The nightlife in Chinatown is admittedly small in comparison to the neighbouring  areas of Old Montreal or Downtown Montreal, but it’s a solid spot to start or end the night before diving into a late night bowl of noodles or banh mi. Check out Le Mal Necessaire, which has become a time-honored spot for locals and visitors alike to enjoy its tiki-style setting and cocktails—if you’re around from 5pm to 7pm, visit for the happy hour cocktail pitchers available. If you’re looking for more of a dive bar, head into Bar Macao for some of the cheapest bottles of beer you’ll find anywhere and feel free to bring in food from elsewhere.

Photograph: James Dominko

Show off your pipes

If you’ve always wanted to try your hand at karaoke but don’t exactly care for the pressure of a stage, it’s imperative that you go to CEO Karaoke to belt out a few tunes while you’re in the neighbourhood. Following the standard of the karaoke box found throughout Asia, visitors can book karaoke rooms at an hourly rate to perform their favourite tunes with friends in private. The unassuming karaoke bar is quietly tucked into the basement, below the Ruby Rouge restaurant on Clark Street and is arguably one of Montreal’s best hidden gems.

Dim sum
Photograph: Van Thanh

Time for brunch

Skip the French toast and mimosas in favour of the best dim sum in the city. The savory, family-style meal is available from a handful of long-time establishments in Chinatown that do it well. Head to Kim Fung for Cantonese-Sichuan fare served on circulating trollies in the Place Du Quartier mall’s top floor. While the dining room is vast, it can fill up quickly, and for that reason we also recommend the neighbouring Restaurant Impérial that’s just as well-loved and serves dim sum classics like preserved egg and congee with roast pork. The only catch with Impérial is that it can be slightly more expensive than Kim Fung.

Photograph: Tourisme Montréal/Marie Deschene

So. Much. Shopping.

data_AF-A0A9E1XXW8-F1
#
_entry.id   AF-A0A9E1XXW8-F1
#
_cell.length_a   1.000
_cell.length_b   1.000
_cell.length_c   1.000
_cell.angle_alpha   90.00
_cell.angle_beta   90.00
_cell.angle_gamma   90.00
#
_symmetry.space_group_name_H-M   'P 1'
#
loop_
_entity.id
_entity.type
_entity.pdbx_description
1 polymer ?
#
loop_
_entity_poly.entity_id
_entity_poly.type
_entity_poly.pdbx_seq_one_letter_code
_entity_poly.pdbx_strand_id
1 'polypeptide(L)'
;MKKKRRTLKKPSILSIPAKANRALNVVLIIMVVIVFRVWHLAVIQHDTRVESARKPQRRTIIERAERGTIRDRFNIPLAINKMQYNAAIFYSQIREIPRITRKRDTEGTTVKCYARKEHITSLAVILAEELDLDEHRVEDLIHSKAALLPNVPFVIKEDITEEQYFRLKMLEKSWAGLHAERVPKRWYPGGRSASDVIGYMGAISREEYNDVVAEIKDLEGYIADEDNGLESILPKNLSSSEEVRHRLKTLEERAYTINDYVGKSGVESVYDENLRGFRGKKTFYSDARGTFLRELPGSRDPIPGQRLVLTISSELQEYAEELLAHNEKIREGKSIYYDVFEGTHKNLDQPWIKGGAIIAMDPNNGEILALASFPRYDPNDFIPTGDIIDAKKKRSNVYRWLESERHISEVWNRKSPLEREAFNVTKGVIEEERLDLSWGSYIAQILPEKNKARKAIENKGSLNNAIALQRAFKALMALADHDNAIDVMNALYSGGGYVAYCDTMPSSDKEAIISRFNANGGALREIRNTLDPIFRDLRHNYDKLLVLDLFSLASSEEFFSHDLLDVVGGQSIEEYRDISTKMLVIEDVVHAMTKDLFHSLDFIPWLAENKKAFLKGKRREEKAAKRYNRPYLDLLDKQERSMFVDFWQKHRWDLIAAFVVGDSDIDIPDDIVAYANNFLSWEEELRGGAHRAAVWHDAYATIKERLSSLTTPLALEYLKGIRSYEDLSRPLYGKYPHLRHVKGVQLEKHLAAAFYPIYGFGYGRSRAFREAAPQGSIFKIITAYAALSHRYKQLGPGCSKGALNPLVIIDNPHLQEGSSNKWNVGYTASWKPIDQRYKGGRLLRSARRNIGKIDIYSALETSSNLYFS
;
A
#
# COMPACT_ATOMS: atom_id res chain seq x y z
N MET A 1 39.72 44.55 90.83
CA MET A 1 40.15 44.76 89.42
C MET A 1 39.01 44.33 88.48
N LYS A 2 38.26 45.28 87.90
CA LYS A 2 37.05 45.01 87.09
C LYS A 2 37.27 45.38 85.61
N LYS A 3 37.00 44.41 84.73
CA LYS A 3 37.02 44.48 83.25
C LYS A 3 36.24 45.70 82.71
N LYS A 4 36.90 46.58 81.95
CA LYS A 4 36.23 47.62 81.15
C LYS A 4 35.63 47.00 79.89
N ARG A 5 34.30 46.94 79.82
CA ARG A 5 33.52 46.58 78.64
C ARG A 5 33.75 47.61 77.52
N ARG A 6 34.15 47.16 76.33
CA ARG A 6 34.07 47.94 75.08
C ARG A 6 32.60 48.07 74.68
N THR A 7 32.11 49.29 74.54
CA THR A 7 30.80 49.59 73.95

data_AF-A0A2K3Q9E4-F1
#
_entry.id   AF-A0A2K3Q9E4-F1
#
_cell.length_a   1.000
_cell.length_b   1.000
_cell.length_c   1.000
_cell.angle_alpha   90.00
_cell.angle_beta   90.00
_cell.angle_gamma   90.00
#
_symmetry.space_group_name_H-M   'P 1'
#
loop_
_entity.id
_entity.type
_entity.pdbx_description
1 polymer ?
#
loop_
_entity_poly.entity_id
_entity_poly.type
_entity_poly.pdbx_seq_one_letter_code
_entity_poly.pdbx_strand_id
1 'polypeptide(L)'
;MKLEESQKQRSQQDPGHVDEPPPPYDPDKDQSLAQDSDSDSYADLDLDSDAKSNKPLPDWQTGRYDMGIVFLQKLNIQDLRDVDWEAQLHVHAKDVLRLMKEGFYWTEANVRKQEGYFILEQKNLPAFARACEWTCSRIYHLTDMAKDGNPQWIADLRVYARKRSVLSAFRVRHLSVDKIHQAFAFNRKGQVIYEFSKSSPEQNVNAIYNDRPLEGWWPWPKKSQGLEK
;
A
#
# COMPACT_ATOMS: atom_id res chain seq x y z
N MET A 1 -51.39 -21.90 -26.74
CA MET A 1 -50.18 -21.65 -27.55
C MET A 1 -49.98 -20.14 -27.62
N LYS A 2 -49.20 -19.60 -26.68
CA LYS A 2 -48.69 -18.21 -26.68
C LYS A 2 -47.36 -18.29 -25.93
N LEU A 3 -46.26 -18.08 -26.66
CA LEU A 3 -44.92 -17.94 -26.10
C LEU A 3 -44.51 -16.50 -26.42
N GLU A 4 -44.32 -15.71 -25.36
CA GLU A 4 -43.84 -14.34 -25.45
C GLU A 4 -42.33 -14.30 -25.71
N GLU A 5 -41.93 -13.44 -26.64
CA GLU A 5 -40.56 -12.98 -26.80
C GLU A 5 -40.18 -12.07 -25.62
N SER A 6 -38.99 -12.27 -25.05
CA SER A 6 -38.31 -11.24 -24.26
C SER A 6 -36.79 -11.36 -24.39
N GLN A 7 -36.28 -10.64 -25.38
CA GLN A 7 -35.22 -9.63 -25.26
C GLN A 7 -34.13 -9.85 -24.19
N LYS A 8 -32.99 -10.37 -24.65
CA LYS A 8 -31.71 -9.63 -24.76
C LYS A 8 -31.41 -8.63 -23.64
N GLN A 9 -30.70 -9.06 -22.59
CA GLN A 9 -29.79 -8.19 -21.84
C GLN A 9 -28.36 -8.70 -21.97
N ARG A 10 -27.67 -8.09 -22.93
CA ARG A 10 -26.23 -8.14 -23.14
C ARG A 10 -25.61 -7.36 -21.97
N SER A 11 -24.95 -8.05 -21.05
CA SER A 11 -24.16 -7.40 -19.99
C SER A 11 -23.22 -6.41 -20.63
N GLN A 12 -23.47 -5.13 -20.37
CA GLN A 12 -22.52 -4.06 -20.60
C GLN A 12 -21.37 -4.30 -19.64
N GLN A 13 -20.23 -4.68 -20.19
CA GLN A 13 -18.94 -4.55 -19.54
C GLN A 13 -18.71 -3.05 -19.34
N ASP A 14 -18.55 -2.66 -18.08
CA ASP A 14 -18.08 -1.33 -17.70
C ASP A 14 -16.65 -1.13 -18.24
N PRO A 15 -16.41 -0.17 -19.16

Shopping in Chinatown can easily take up an entire afternoon. While there are no high-end boutiques or big brand name stores, expect plenty of novelty shops selling trinkets and stuff that’d make an anime fan’s heart burst. There’s most notably L'expression de la Vie, a well-curated anime shop with everything from vintage Pokemon toys to cosplay costumes. Korean and Japanese skincare boutiques have also become more prominent in the area, with C&C Korean Cosmetics and C'est La Peau reigning supreme in terms of selection and staff knowledge. Marché G&D is also worth the visit—the underground grocery store is packed with everything from imported Japanese candy and dry tea to fermented duck eggs and vegan salmon fillets.

Chinese tea
Photograph: PTMP

Time for tea

Those on the hunt for authentic Chinese tea should look no further than Commerce Ming Wah Hong Inc, a tea shop found on the corner of Clark and René-Lévesque. The owner of the shop, Howard, has decades of experience in teas and traditional medicine and will gladly assist you with whatever product you’re seeking. A worthwhile stop just off the main drag, we encourage anyone to stop in and dive into any tea selection. Be adventurous with this one; you won’t regret it.

Where to eat in Chinatown, Montreal

More of the best things to do in Montreal